Immigration Laws

Immigration is an area of law that is governed by the Federal Rules of the United States. Immigration laws have seen many changes since their inception and are considered a highly complex area of law. If you need assistance with an immigration matter, you should understand that it may require your presence in a federal court. Many possibilities exist for individuals to legalize their current status in the United States, and we recommend that you schedule a free consultation to explore those possibilities.

The Basics Of Immigration Law

Immigration laws also provide the means by which certain aliens can become legal permanent residents and naturalized citizens. They also determine who may enter the USA, how long they can remain and when they must leave.

The primary legislation governing immigration is the Immigration and Nationality Act of 1952 (INA). The act has undergone numerous amendments, such as the establishment of a new quota system in 1965.

Today, the main immigration statute, the Immigration and Nationality Act (INA), is codified as Title 8 of the United States Code (U.S.C.). While the INA provides the basic structure of the immigration system, the various governmental agencies that administer the immigration laws promulgate regulations to implement the statute. These regulations are published in the Federal Register and incorporated into the Code of Federal Regulations (CFR).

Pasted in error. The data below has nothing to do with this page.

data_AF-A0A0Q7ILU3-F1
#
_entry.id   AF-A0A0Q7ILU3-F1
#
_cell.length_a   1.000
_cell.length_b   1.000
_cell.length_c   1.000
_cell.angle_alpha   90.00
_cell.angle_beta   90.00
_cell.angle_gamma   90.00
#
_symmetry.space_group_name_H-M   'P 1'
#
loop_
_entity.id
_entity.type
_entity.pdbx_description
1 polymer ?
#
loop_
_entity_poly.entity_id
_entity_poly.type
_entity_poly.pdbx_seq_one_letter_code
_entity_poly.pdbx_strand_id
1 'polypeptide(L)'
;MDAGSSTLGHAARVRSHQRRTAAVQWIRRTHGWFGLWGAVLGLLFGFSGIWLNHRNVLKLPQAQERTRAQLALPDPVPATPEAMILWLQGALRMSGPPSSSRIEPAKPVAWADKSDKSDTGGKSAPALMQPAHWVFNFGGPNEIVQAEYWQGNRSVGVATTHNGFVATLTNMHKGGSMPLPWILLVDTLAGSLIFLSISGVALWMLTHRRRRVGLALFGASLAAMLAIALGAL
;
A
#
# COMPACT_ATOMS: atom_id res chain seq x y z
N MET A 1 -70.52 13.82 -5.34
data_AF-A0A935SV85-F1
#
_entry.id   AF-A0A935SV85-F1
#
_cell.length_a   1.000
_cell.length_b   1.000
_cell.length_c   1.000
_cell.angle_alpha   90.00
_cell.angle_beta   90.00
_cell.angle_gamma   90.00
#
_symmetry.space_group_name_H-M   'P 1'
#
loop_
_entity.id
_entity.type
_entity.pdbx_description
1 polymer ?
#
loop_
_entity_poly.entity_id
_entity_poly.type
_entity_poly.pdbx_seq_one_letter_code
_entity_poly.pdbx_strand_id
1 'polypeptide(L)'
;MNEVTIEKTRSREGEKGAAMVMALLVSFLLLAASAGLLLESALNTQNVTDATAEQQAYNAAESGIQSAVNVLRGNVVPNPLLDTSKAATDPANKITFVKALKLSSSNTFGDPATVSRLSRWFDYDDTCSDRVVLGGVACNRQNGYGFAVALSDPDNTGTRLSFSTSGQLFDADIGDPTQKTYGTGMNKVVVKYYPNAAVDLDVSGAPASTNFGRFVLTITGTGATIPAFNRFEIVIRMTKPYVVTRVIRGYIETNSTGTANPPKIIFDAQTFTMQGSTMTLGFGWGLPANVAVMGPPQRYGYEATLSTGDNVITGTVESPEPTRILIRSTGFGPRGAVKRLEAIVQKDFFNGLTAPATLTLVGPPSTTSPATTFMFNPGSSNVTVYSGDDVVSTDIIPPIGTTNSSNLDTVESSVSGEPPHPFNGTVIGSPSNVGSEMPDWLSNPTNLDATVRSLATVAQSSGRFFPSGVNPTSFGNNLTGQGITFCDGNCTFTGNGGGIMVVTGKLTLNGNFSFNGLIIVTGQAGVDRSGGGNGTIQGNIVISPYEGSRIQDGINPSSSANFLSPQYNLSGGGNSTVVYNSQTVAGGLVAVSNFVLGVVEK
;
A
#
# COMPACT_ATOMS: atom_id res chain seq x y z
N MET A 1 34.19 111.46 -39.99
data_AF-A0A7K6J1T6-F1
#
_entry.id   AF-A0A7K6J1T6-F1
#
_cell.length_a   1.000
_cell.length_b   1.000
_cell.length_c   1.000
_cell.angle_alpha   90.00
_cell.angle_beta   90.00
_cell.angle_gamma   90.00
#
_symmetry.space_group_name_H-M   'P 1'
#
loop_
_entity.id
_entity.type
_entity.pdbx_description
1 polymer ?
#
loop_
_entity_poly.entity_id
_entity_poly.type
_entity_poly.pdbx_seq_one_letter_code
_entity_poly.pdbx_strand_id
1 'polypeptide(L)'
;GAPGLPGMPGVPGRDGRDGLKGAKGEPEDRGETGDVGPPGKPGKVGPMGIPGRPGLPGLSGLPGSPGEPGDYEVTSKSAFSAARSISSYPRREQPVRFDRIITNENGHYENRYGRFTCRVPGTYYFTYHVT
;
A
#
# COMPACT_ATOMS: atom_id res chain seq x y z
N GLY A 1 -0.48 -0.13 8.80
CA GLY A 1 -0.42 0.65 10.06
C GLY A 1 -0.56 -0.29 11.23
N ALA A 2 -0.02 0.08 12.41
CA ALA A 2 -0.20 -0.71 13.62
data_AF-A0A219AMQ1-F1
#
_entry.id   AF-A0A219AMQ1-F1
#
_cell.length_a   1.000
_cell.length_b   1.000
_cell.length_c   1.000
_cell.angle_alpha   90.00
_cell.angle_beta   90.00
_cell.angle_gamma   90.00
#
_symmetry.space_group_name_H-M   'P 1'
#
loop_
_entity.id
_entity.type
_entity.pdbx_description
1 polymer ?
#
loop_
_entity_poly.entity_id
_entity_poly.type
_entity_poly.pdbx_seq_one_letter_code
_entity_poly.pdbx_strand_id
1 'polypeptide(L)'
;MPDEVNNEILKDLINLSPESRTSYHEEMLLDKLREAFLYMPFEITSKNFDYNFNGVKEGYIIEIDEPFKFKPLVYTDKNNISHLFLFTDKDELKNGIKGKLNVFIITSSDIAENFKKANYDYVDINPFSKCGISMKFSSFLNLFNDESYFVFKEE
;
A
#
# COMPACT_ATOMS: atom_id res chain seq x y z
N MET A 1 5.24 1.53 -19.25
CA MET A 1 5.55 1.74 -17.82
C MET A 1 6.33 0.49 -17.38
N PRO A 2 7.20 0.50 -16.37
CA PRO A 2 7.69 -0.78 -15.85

Types Of Visas

There are two types of visas: immigrant and nonimmigrant. Nonimmigrant visas are primarily issued to tourists and temporary business visitors. Only a few categories of nonimmigrant visas allow their holders to work in the United States.

Immigrant visas permit their holders to stay in the United States permanently and ultimately to apply for citizenship. An alien who has an immigrant visa is permitted to work in the United States. Congress limits the overall number of immigrant visas, and many immigrant visas are also subject to per-country caps.

There are detailed regulations covering grounds for inadmissibility and exceptions. For example, Section 212 of the Immigration and Naturalization Act sets forth rules governing inadmissibility of those convicted of crimes and exceptions, based on factors such as the type of crime, date of conviction and sentence received.

Talk To A Lawyer

The Palacios Law Group helps individuals and families apply for citizenship. Talk to one of our attorneys in a free consultation by calling 516-873-8783 or by emailing us. From our Mineola office, we serve all of New York.